Bok coach Peter de Villiers is frustrated with the interpretation of the laws.

Springbok coach Peter de Villiers says that contrasting refereeing interpretations have left the Boks at their wits end. At a media conference in London on Monday, he did not hold back in voicing his displeasure.

“I have a big problem with the breakdowns and how they are being managed. I don’t understand them any more. I don’t understand the laws around them. It is getting extremely difficult to play,” he said.

“There were a handful of occasions against Scotland where we were right on their tryline and we were penalised for going off our feet when the Springbok players that were pulled off their feet were having no influence on the play, in any case,” the exasperated coach said.

“It is not easy for us to play these days because the laws are taking away our traditional strengths. There are no driving mauls any more and now they are making the breakdown so soft.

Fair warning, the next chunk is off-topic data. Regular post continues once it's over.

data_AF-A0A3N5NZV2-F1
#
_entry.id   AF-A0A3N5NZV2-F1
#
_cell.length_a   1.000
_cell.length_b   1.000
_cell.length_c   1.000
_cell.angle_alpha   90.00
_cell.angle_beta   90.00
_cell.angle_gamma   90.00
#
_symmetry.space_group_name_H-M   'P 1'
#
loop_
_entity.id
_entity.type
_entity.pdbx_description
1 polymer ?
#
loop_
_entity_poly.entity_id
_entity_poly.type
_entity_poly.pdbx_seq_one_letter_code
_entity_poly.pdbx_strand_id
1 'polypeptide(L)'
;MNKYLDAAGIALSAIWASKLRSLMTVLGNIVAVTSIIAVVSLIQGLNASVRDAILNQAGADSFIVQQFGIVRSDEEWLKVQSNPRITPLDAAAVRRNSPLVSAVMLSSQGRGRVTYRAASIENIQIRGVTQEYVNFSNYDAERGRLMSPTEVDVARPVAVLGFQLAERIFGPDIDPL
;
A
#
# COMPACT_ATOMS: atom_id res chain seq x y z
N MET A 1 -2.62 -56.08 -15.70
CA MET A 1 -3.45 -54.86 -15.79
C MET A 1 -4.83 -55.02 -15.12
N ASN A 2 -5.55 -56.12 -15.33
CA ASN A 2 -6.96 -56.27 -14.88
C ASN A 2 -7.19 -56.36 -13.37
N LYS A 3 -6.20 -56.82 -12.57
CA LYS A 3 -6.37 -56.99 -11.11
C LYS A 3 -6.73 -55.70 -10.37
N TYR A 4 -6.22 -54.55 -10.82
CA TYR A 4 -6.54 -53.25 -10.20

“The collisions used to be a strength of ours.”

Scotland coach Frank Hadden would agree. His team were penalised five times in a row early in the second half by English referee David Pearson, which changed the momentum of the game.

“The Scotland captain said that he did not know what to tell his players any more and John Smit also was unsure of what to do,” said De Villiers.

“It is frustrating. You send in reports and then the feedback is that the referee had his best game they can remember.”

De Villiers further said that pre-match meetings with referees were sometimes fruitless because often the referee would say one thing in the meeting and then referee something else.

“The worst part is that the new laws seem to be benefiting the defending team rather than the attacking team, and that is surely not how it should be.”

Saturday’s referee is Welshman Nigel Owens, who will be refereeing his first Test involving the Springboks.

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